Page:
The book takes the reader through nearly a year of Maine farm life. The work is described in detail, as are the “simple pleasures:” a fair, a camping trip, fishing, and a game of hoarding apples that has the whole family taking part good-naturedly in some petty thievery. 

There is some similarity to The Little House books, except that this is a boy’s recollections and the people stay put in the East. The grown narrator does a fair amount of retrospective moralizing but, overall, captures well the mind-set of a shy young boy coming of age in a safe haven following tragedy. A sweet book and a pleasant read.

Saturday, August 8, 2020

BOOK REVIEW: The Black Friar by S.G. MacLean

 The second book in the  Damian Seeker series by S.G. MacLean, The Black Friar, is as superb as the first, The Seeker

Picking up where Book 1 left off, Damian Seeker continues in his role as the captain of Oliver Cromwell’s guard. It’s a difficult job, protecting the Lord Protector, when plots are springing up right and left. The main antagonists are the Royalists, but there are also Fifth Monarchists (religious fanatics) as well as the generally disenchanted folks who once supported Cromwell but who speak against him now that he has assumed the role of king. For them, he’s no better than the deposed and executed tyrant.

Amongst the disenchanted are those honest people we met in book one, Elias Ellingworth, an impoverished lawyer and pamphleteer, and his sister, Maria. Seeker and Maria have begun an affair. For these star-crossed lovers, there is no viable future. Seeker knows it’s only a matter of time before he will have to arrest Elias, and possibly Maria herself. Keeping such a relationship secret with so many spies watching each other is also a dangerous undertaking.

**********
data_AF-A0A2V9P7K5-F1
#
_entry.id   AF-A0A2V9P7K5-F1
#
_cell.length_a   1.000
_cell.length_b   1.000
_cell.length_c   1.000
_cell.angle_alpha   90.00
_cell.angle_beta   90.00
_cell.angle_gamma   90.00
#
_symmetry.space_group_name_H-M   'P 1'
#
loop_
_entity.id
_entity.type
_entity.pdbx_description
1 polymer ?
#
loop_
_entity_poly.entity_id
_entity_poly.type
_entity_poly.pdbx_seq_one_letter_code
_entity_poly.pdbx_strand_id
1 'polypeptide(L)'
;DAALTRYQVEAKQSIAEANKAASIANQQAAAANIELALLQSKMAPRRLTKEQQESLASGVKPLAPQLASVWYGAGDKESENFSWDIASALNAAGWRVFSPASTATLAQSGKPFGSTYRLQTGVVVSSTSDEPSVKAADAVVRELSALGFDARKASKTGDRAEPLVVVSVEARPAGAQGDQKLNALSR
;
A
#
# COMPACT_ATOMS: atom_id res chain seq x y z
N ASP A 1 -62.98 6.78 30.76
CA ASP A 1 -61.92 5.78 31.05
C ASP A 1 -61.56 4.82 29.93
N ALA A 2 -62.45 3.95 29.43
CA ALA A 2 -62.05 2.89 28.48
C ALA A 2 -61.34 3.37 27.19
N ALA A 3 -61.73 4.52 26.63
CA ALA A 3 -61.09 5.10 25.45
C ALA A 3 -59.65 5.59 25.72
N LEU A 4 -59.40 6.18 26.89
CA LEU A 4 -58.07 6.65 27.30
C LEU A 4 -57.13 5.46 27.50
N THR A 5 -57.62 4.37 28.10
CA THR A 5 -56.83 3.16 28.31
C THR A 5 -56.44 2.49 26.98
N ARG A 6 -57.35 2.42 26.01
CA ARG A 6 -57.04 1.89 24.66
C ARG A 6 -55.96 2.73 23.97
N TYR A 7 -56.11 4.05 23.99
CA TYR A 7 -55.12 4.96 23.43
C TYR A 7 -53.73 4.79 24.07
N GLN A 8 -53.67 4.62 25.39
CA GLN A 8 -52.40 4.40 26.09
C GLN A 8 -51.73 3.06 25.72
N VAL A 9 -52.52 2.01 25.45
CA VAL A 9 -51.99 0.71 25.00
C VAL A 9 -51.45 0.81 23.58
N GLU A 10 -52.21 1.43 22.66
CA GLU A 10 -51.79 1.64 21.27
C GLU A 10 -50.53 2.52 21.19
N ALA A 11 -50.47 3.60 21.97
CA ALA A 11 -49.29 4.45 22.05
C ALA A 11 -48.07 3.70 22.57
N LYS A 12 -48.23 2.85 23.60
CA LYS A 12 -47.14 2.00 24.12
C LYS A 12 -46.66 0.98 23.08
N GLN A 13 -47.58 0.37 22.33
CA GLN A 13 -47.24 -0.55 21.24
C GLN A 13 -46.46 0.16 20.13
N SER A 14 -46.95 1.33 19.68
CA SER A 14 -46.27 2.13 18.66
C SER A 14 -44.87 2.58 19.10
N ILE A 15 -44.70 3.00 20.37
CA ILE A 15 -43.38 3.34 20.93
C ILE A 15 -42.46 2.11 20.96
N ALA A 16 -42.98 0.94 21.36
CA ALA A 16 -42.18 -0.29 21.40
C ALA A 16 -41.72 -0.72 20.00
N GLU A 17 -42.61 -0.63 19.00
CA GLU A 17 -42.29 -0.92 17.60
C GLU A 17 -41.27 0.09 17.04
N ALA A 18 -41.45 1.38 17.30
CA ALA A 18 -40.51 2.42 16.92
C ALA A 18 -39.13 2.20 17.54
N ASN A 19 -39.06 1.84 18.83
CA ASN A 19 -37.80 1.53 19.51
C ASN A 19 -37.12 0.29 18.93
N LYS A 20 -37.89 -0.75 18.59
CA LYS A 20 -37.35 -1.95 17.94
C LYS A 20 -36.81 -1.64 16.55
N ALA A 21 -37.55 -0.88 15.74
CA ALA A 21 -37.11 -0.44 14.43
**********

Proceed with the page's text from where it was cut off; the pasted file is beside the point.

As the book opens, a dead man is found walled into an old monastery. The body is too well- preserved to belong to the centuries-old location or to the Blackfriar’s clothing he’s wearing. Seeker recognizes the man, a spy who was supposed to have died months earlier, a spy whose funeral he witnessed. The man was deeply embedded in uncovering something. Seeker’s superior, Thurloe, assigns Seeker to find out what the spy had learned that got him killed.

At the same time, children are going missing in the city. Not many, but the coincidence is too striking for Seeker to ignore since their circumstances are not typical of runaways or street children.

Seeker is good at his job. He’s known and widely feared throughout the city. He navigates the swirling conspiracies within the government with intelligence and cynicism. He’s kind to the lowly but ruthless to those who fall afoul of the law.  And if he has to choose between his duty to Cromwell and his love for Maria. . .

Again, the various threads of the mystery are thickly interwoven. The historical background is fascinating. And Seeker’s personal battles are as gripping as the political ones.